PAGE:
Maria Gomez struggles to find the man who raped her eleven-year-old autistic daughter who is unable to speak.
I am in the forest, struggling to catch my breath. I can hear his loud footfalls behind me, and I stumble further still through the cold darkness that envelopes me. I know that it is futile to run, that the chase is just delaying the inevitable. But I can't give up, I am clinging for dear life on to my final shred of hope. His voice resonates in my ears. the sound of my defeat, and his thick arms are around my waist.
Maria puzzles over the hastily scribbled note she found in her daughter's schoolbag. She does not quite know what to make of it, whether or not she should be concerned. She skims through it again, and makes up her mind to speak to her daughter about it.
"Briar," her mother calls. The girl wanders into the room, her blonde hair gently framing her face. Her wide brown eyes wear a blank look, though it does not come as a surprise to Maria. It has been the expression Briar has worn since she was diagnosed with autism when she was three.
"Briar," her mother lays a hand on her daughter's shoulder, who in turn just stares at it. "Briar, can you tell me what this is all about?" She holds up the wrinkled sheet of paper. The girl stares at her feet, then turns to face her mother. She is trying to say something, but cannot find the words within her head.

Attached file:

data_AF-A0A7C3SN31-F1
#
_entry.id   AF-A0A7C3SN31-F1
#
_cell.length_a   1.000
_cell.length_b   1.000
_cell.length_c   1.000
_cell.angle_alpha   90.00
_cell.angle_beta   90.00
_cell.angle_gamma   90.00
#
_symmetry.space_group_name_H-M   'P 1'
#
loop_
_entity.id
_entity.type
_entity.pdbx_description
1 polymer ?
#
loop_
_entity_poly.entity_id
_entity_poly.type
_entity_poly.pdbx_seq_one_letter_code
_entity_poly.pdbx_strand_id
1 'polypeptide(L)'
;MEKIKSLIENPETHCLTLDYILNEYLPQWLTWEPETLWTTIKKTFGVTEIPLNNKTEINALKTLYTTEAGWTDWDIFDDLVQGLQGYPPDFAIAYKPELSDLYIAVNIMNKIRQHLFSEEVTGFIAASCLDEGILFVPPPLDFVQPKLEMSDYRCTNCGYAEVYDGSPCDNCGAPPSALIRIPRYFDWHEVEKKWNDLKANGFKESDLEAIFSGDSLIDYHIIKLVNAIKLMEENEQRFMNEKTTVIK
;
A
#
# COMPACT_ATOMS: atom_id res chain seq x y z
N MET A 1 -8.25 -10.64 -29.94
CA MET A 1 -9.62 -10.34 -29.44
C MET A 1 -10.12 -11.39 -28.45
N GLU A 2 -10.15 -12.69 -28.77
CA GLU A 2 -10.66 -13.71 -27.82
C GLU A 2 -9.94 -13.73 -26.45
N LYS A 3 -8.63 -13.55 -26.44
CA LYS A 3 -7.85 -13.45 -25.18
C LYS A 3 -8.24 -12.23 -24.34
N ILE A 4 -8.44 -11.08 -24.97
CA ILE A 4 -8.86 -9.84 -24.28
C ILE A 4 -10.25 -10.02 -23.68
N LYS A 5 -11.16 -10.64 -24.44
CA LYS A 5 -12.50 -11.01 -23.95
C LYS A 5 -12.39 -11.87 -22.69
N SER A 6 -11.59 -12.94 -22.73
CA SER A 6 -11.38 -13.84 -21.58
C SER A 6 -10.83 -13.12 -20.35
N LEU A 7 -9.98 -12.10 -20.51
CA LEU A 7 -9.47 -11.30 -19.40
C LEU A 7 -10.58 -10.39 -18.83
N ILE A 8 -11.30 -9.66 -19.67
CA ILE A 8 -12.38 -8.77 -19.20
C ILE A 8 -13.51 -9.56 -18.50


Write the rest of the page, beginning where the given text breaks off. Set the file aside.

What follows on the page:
"Dream. Just... dream. Justdream. Justadream. Justadream," the girl has worked herself into hysterics, and Maria was not sure who Briar was trying to convince anymore, Maria or herself.
"Should I be worried? I mean, its not like she's never thrown a fit like this before. But the letter..." Maria trails off, not sure how to finish.
"Perhaps it would help if I saw the letter in question," the psychiatrist suggests. Maria eagerly hands over the now-tattered piece of ruled paper.
Dr. Becker skims through the note, then reads it again.
"At this point, I'm not sure if this was one of your daughter's dreams, or if it really happened, or if she is simply trying to capture your attention. Often children like Briar feel unheard, and act out to get the attention of their parents, teachers, etcetera. I would suggest bringing Briar in to see me, so we can find the source of this confusion." She looks up over glasses at Maria, who nods quickly.
"Yes, yes, should have thought of that myself. Well, then, I will bring Briar with me for my session on Thursday."
Maria drives home, at a loss as to what to do next. Over the eleven years Briar has been a part of her life, Maria has done everything in her power to make a life for her daughter, a future. She remembers that day, sitting in the office of yet another specialist. Watching her daughter play, it was nearly impossible to accept her fate. But Maria has done everything for Briar, everything she can do.
She opens the door to the sound of her daughter crying, and rushes over.
"Sweetheart, what's wrong?"
But there are no words, even if Briar was able to tell her mother.